The one part of the Nike / Colin Kaepernick story that no one is talking about

Yesterday, Nike released an advertisement in which they supported NFL quarterback Colin Kaepernick’s protests against police brutality and the assaults on black men.  Kaepernick’s message is important and all should hear it.  It should not be twisted into a “Kaepernick doesn’t support the flag” because that’s not what he’s saying.  It should not be corrupted into a jingoistic affront against patriotism.  There’s too many instances of young men like Philandro Castile and Freddie Gray and Trayvon Martin who are dying for no other reason than they were black men against the gun-toting white man.

And believe me, Kaepernick’s message is important.  These lives matter.  No man should be ever be in a situation where they can get in trouble for ___________ing while black.   This message should not be diluted or co-opted in any way.  It should not be lost.  It should not be stifled.  It should not be compromised.

Trust me.  We live in horrific days.  We have Neo-Nazis who used a car to mow down counter-protestors in Charlottesville last year, killing an innocent young woman in the process.  We recently had an instance of a man in Albany getting violently assaulted for no reason other than the man was gay.  The bigots and racists are emboldened, and now feel that they are justified in their hatred and misogyny and xenophobia and virulence.  Shameful.

And for any reader right now to say to me, “Chuck, you don’t understand, you’re not black, you don’t know what the struggle is,” I say, to you, “Yeah, I’m not black.  I get that.  But that doesn’t mean I don’t have eyes.  Or that my father’s side of the family hasn’t experienced Anti-Semitism, whether in America or when they escaped the progroms in Eastern Europe.  Or that some of my mother’s ancestors haven’t had to deal with forced resettlements and the “Trail of Tears” and being told that our greatest role models are Pocahontas and Tonto.  And don’t even get me started on all the crap my brave son Kris has had to go through as a transgender man.”

I’m glad Nike has put out this message.  I really am.

I just wish Nike practiced what it preached.

And that’s the part of the story that must be told.

Because, at the end of the day, Nike is not a social justice organization.  It’s a shoe company.  Its main raison d’etre is to sell shoes.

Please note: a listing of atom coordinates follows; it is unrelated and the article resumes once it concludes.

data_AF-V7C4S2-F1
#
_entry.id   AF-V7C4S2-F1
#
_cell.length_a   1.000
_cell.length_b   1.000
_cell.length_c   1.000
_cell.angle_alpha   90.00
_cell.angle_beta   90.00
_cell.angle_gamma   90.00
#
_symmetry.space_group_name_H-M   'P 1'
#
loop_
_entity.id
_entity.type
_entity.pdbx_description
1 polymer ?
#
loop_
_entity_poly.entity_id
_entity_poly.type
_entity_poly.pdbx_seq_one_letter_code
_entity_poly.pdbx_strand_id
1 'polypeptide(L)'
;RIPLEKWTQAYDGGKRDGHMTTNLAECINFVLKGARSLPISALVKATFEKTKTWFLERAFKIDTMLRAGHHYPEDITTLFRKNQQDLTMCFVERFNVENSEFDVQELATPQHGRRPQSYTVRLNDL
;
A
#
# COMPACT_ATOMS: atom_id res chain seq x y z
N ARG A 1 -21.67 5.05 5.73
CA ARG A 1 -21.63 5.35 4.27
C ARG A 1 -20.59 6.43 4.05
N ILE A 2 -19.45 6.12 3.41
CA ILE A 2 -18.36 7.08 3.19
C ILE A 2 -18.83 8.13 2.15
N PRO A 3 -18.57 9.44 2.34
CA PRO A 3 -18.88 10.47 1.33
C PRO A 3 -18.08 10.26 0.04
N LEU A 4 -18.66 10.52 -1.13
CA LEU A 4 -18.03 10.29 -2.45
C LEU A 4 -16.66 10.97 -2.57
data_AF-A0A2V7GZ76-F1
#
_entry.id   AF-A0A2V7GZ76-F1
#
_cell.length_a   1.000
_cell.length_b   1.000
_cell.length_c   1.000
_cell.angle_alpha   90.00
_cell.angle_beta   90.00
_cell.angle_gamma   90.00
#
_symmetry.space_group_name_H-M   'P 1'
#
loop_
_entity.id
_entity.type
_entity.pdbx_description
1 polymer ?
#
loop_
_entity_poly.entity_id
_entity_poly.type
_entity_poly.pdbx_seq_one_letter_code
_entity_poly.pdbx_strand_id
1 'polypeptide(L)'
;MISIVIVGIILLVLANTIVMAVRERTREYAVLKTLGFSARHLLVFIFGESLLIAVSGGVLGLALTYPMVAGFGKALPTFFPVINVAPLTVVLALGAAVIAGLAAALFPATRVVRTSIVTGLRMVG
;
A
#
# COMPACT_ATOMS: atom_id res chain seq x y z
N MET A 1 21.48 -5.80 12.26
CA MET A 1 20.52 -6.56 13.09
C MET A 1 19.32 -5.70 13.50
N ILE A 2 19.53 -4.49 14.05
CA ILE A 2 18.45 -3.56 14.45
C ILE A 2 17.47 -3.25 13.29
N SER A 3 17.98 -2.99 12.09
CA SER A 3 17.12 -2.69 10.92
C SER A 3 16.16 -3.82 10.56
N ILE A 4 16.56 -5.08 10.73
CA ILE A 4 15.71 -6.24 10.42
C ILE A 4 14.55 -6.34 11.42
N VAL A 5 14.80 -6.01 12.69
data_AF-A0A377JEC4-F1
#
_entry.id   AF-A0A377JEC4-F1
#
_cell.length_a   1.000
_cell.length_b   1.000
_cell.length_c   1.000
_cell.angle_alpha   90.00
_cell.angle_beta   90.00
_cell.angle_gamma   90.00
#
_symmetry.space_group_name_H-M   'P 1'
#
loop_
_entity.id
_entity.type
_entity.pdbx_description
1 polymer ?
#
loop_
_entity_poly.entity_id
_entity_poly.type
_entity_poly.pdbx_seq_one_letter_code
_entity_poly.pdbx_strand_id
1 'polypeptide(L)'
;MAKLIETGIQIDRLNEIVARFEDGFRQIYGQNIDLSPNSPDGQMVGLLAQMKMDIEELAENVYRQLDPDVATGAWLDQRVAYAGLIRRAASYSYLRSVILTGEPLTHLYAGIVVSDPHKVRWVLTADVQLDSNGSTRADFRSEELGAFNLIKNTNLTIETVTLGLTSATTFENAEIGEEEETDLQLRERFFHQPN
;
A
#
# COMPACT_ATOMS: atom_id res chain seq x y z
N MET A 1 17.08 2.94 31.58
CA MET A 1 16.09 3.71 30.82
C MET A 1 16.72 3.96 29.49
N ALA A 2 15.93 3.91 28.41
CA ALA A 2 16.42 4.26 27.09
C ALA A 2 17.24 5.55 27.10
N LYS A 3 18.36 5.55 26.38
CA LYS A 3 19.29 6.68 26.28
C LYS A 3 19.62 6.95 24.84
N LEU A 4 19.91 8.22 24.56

And those shoes are made overseas – in sweatshop factories in Vietnam and in Bangladesh and in Cambodia.  They’re made with child labor, where women and children earn pennies a day as they inhale poisonous and noxious glues and chemicals that put those sneakers together ever day.

And the cost for Nike to make each shoe?  Pennies.  Which are then turned around and sold for high markups – $200 or so – at Foot Lockers and other sneaker shops nationwide.

And if you say to me, “Chuck, we’re talking about black lives in America, not Asian lives in Asia – ”

I say to you, “Why is an Asian man’s life less important than anyone else’s life?”

Now there have been basketball players in the past who have tried to create a popular shoe that wouldn’t bankrupt families who want their kids to wear decent sneakers to school.  Hakeem Olajuwon and Stephon Marbury both created inexpensive sneakers and kept the price points affordable.  But unfortunately, those days are long past.  Today, you want to buy a pair of Air Jordans?  $200 and up.  $499 if you want to buy Lonzo Ball’s “Big Baller Brand” kicks.  And the prices increase every day.

And Nike has also been accused of perpetuating a high-end sneaker culture that has cost some kids their lives.  Yes, there are kids that have been killed for no other reason than the killers wanted the shoes on the victims’ feet.  Honestly, no one should die just because they have a colorful pair of Air Jordans size 10 in their possession.

And it’s not like Nike hasn’t previously embraced a controversial figure with a series of advertisements.  They stuck with Tiger Woods – and did commercials with him – after Woods’ extramarital affairs came to light.

The fact is …. while Nike’s support of Colin Kaepernick is noble and lauded, and his message should be heard by everyone … and that one day we will see an end to police brutality and the senseless murders of black youth …

Nike has to clean up its own personal closet and address its own abuses, both in terms of labor and in culture.

Because the message should be, “Treat people with respect, don’t naturally assume that a person is less of a man because of his ethnicity, religion, nationality or sexual orientation.”

It should NOT be, “Buy our company’s shoes, above all else.”